The introduction says, roughly, 'In France children happily amuse themselves making cages for flies by means of two 'rondelles de bouchon' (lit. plug washers but probably paper filters?) joined together by pins. In Japan, where the glow-worm is more common and more brilliant than it is here, the Japanese catch them and enclose them in the small paper lantern which I will describe to you, and thus have a lantern whose light is not very bright, but which is original and does not cost much. If you find glow-worms in your garden or the countryside you will make a lantern from very transparent paper ... but, if you can't find glow-worms you will simply make a four-legged vase, which will be very pretty with its shape absolutely reminiscent of Japanese perfume burners.'
About la Pelle the text says, roughly, 'Now here is another very easy Japanese paperfold and one you will suceed with on the first try.'
Le Soufflet / The Bellows
The introduction says, roughly, 'We continue our series of paperfolds. In a recent issue, we have explained how to make a lotus flower, which was, we believe, unknown in France, and is a true curiosity.'
Le Bonnet carré (The Square Hat) / La Coiffure aux plumes de paon (The hat with peacock feathers) - A version of the Kabuto
The introduction says, roughly, 'We have already made, in our series about paperfolds, different hats such as le casque, the police helmets, French and Japanese ...'
Le Palanquin / The Palanquin
The introduction says, roughly, 'The imagination and ingenuity of the Japanese is extraordinary, and the designs that they make by folding paper are of a considerable number. I have already had the pleaseure of explaining several to you; today I wish to show you how to make, after their method, a kind of portable chair or palanquin which is carried on the shoulders.'
Fleur D'Iris / The Iris
The introduction states, roughly, 'I have already had the opportunity to teach you how to make a number of paperfolds, and I told you that most of these folds, absolutely unknown in France, but very familiar to young Japanese, had been communicated to us by Mlle Kavada.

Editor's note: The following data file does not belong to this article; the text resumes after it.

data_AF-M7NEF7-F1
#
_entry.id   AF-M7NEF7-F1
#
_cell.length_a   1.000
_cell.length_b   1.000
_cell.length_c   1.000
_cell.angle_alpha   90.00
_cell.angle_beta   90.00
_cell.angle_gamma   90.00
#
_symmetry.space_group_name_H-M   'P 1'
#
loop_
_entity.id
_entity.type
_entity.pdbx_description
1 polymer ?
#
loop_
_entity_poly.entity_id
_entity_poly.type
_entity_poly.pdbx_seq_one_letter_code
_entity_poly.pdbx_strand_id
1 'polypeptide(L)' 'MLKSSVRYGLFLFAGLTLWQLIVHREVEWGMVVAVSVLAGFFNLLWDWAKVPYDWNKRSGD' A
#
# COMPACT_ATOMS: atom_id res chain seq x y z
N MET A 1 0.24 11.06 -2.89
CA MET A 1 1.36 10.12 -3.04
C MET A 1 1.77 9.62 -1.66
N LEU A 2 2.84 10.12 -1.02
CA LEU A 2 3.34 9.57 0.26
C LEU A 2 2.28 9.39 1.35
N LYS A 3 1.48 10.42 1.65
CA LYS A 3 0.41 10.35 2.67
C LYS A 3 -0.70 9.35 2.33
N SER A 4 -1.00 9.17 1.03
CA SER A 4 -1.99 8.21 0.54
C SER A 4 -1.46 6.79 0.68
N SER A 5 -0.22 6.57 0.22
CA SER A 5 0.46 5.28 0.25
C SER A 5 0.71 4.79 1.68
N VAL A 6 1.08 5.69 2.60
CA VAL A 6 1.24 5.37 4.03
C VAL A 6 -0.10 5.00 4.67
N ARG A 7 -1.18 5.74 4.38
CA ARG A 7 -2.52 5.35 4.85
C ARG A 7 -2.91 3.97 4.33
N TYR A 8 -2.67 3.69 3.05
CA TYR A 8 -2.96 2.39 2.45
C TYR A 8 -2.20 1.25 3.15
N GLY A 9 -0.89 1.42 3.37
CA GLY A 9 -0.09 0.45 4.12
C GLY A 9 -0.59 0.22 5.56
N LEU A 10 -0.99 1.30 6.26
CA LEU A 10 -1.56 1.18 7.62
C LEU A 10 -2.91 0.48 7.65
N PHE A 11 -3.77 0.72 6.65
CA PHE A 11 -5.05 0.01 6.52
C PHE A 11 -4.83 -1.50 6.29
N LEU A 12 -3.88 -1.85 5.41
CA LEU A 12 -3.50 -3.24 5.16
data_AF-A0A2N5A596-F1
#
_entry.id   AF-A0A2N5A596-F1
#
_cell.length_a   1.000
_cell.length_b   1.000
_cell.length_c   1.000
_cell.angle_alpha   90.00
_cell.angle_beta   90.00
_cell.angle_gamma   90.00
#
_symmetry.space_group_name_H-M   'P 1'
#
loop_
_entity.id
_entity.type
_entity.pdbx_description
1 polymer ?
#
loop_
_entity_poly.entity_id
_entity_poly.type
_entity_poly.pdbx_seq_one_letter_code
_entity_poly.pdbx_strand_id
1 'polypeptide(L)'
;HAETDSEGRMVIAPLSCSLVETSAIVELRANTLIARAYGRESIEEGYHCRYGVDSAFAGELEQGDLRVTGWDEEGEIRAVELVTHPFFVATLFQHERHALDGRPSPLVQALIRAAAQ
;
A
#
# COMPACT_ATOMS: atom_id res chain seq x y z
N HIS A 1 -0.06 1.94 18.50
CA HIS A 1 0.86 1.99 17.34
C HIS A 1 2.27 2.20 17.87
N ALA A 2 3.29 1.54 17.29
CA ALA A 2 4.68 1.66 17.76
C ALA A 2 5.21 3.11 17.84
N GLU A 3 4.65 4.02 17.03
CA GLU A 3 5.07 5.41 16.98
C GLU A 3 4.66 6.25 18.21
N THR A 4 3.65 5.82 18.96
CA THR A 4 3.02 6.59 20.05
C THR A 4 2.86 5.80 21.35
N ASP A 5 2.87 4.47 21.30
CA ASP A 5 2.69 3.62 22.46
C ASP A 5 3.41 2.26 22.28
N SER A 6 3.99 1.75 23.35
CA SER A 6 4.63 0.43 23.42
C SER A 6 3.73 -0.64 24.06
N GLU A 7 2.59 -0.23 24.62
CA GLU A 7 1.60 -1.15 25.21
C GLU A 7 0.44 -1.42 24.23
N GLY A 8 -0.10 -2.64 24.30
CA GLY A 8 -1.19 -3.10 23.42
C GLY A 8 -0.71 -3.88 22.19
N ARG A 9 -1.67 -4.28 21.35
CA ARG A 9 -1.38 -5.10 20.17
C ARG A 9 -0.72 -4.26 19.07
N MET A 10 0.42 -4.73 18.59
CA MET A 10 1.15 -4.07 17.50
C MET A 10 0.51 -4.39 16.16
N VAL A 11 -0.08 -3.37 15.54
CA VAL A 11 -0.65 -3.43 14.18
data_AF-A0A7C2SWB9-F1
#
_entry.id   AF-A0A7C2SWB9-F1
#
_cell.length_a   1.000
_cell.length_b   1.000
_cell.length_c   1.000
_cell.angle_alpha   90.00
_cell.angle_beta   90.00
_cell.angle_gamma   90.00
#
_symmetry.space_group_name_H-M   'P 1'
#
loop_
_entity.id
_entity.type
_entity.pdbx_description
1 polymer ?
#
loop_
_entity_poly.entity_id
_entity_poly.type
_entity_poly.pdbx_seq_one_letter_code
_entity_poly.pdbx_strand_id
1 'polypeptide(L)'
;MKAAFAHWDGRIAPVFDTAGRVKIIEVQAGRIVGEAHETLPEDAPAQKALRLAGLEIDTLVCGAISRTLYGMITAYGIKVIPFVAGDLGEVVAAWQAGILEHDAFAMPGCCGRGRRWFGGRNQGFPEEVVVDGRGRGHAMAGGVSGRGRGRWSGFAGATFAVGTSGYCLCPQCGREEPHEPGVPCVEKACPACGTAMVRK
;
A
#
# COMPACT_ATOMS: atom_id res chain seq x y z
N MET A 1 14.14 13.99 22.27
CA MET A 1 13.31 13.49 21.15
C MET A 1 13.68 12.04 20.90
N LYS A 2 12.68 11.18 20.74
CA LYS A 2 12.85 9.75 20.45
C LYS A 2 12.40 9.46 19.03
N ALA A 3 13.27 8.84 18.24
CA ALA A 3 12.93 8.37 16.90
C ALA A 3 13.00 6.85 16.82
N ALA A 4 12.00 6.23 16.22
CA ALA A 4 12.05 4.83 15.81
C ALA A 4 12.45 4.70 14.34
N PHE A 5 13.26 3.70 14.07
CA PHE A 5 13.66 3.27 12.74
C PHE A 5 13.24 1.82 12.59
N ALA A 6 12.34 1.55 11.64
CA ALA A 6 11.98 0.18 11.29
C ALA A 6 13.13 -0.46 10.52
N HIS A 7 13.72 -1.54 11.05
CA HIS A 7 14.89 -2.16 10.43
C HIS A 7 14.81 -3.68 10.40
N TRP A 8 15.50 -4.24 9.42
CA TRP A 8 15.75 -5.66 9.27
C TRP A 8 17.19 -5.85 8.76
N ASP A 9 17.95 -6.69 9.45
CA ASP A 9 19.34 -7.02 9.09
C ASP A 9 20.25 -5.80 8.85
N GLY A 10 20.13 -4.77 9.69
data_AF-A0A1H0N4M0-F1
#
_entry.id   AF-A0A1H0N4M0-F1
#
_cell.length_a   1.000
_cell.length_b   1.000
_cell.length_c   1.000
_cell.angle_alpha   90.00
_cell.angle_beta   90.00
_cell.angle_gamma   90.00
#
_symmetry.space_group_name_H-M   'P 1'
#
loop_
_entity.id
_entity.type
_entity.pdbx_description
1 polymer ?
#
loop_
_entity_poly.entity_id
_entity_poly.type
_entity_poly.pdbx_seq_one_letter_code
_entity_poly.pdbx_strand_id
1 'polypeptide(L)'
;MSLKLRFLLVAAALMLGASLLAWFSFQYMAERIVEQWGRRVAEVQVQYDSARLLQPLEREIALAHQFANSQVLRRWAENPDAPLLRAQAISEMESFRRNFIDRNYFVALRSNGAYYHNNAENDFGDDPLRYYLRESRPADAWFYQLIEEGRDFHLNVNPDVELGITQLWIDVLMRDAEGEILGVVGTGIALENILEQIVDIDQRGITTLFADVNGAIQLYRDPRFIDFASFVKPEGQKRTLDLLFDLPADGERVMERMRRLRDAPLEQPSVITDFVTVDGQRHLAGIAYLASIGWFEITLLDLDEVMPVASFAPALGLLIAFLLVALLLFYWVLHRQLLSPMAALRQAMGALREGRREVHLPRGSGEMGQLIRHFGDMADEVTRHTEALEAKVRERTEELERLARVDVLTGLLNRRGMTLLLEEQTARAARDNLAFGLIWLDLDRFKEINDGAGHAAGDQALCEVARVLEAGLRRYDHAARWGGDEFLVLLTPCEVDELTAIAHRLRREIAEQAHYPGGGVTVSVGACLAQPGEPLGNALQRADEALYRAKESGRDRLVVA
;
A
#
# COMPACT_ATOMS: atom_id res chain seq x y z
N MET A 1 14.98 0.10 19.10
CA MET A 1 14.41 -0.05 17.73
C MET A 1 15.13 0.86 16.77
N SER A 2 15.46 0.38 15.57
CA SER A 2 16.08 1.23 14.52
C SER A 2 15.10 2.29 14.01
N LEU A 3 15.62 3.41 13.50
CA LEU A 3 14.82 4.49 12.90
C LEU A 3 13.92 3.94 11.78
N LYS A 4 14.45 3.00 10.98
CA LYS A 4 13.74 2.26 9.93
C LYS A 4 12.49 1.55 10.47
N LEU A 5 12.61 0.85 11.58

You will certainly be pleased to learn that Mlle Kavada has obtained for you from her friends in Japan a whole new, very curious, series which will be published in Mon Journal; today I want to show you how to make an Iris flower.'
The introduction states, roughly, 'Today we continue our Japanese folds, and we are going to show you how to make a crab. Madame Kawada, of whom I have already spoken, with a paper four centimetres square can easily make a tiny one centimetre crab; it is enough to tell you that, with a little patience, and by taking a sufficiently large paper you will arrive at a good result.'
Le Kiosque Japonais
The penultimate sentence says, roughly, 'The lotus flower, which we have explained at the beginning of the year, and the frog are certainly the most curious paper constructions of the little Japanese.'
The final sentence says, roughly, 'We believe we can affirm that this design is until today unknown in France and that our readers who have had it first.' (This was untrue since it had already been published inter alia in 'La Nature' in 1889.)
Moulin a Vent en Papier / The Cut and Fold Windmill
Issue of 18th October 1902
Cigogne (Stork) (Flapping Bird) and Grue Japonaises (a version of the Paper Crane)
The introduction states, roughly, 'Today Mon Journal resumes the interesting series of paperfolds made in the Japanese way with two curious birds: the swan and the crane.'
Issue of 8th November 1902
La Boite Japonaise / The Japanese Box
Issue of 21st February 1903
The Cocotte / Pajarita and the Waterbomb
Issue of 6th June 1903
Le double bateau (Double Boat) / Serviette (Double Fishbox / Portfolio) /
Boite a Bonbons (Junk Box) / Boite des Patissiers (Patisserie Box)
Issue of 6th January 1912
Cocottes decorating a lampshade.